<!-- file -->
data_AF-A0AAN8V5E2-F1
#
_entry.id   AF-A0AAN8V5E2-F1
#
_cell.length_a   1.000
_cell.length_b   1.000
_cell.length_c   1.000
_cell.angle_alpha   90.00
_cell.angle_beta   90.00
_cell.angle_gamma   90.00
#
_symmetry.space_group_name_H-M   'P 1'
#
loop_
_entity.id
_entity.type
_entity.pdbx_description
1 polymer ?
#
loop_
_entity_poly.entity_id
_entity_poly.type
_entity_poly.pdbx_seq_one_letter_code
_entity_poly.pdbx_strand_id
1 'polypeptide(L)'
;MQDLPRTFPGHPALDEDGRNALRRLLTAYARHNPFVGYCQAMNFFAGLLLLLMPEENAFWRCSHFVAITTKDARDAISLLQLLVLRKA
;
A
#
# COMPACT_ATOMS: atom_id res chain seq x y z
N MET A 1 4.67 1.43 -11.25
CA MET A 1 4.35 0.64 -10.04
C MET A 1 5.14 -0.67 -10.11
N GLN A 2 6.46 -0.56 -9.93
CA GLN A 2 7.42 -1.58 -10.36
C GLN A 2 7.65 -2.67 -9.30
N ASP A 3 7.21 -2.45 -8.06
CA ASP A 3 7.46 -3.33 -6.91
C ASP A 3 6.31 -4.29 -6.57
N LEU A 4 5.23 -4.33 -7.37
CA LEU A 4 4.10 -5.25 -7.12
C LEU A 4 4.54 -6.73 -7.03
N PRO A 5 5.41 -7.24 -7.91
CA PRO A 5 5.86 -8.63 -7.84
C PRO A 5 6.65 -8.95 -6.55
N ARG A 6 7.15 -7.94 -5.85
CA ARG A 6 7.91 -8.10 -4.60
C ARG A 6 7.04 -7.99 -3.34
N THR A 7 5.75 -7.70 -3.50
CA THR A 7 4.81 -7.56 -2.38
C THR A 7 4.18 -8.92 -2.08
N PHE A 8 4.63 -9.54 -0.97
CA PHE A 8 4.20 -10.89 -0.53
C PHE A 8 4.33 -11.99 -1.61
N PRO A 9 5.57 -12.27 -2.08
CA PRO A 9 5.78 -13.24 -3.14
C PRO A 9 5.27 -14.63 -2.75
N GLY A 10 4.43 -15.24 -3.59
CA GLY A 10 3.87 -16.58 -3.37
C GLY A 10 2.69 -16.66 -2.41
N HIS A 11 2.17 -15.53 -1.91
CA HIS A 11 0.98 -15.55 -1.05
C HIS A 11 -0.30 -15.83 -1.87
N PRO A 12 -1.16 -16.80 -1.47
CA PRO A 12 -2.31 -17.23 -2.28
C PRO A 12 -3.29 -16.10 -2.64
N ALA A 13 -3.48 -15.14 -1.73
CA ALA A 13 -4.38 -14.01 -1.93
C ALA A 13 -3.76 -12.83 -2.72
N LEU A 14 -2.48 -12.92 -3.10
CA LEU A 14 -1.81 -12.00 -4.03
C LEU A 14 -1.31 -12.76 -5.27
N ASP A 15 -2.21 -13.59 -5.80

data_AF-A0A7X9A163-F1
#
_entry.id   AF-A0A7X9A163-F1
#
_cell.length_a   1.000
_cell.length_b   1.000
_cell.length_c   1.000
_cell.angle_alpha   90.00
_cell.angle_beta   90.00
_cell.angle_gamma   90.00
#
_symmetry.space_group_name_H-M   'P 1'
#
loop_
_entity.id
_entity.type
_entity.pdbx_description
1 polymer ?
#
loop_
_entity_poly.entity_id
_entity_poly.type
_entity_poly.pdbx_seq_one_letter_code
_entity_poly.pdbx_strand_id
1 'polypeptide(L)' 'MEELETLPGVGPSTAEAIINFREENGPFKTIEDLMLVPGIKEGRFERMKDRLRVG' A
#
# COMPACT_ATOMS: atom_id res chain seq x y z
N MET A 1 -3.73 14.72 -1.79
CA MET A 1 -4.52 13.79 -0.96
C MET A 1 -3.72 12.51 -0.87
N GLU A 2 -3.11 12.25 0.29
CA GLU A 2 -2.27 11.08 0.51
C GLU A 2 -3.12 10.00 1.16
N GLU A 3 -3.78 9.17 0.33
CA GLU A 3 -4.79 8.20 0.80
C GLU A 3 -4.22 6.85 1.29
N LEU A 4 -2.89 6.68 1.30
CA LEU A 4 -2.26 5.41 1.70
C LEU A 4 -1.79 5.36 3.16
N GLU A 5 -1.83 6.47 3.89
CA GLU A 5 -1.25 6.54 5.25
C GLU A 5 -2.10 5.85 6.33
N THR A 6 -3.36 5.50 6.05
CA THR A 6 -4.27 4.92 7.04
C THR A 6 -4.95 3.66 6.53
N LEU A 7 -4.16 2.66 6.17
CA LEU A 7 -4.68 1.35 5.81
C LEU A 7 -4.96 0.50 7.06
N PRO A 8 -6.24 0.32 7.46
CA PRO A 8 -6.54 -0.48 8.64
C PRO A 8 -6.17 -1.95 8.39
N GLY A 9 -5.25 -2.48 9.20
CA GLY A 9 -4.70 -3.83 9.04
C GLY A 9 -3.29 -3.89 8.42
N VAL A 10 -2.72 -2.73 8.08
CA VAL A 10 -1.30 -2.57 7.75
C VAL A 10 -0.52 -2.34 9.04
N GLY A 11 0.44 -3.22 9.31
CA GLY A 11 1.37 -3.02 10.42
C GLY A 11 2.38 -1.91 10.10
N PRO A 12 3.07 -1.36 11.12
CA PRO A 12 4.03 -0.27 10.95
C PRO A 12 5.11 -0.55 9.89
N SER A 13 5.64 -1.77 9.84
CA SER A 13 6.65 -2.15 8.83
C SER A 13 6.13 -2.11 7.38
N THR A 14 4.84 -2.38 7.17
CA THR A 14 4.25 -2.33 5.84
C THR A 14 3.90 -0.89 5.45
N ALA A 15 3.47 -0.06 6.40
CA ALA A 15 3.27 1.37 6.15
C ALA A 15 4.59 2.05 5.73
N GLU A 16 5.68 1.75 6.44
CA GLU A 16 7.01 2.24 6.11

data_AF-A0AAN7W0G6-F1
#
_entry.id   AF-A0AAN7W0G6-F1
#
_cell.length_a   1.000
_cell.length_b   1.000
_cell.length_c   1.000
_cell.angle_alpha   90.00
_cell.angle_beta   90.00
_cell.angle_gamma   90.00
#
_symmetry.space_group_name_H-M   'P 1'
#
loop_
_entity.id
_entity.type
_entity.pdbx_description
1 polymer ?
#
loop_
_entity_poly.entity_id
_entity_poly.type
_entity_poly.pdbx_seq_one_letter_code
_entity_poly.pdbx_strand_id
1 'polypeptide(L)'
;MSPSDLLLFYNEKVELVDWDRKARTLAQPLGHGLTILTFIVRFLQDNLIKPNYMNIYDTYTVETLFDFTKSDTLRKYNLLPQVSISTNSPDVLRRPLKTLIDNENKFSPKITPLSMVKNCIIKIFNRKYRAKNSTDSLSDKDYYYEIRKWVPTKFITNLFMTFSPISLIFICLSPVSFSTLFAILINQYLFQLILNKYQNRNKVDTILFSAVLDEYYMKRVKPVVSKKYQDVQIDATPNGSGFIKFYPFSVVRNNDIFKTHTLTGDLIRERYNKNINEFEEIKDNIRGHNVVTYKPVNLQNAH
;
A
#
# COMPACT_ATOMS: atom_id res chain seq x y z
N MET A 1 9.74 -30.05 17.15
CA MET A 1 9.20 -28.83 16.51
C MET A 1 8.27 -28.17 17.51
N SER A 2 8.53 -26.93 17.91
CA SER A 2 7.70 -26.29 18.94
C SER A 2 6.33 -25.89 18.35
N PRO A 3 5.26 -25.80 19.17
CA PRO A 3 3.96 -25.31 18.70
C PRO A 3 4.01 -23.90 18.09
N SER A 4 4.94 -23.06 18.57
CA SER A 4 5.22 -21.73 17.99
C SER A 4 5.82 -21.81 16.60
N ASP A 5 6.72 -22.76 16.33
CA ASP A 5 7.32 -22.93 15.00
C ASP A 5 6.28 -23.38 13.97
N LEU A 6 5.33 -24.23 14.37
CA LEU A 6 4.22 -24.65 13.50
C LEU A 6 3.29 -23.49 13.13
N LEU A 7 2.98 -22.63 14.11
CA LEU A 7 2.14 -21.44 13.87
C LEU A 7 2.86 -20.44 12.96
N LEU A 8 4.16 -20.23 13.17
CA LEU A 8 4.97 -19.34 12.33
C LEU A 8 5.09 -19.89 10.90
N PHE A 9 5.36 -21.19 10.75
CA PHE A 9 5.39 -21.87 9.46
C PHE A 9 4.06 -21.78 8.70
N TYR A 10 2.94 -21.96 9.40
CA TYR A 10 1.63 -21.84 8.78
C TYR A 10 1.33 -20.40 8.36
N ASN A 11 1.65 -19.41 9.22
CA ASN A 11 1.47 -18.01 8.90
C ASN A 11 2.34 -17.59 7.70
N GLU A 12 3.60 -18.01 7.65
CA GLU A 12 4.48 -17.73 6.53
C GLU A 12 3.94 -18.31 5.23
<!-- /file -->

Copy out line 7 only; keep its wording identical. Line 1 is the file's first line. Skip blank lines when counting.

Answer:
_cell.length_c   1.000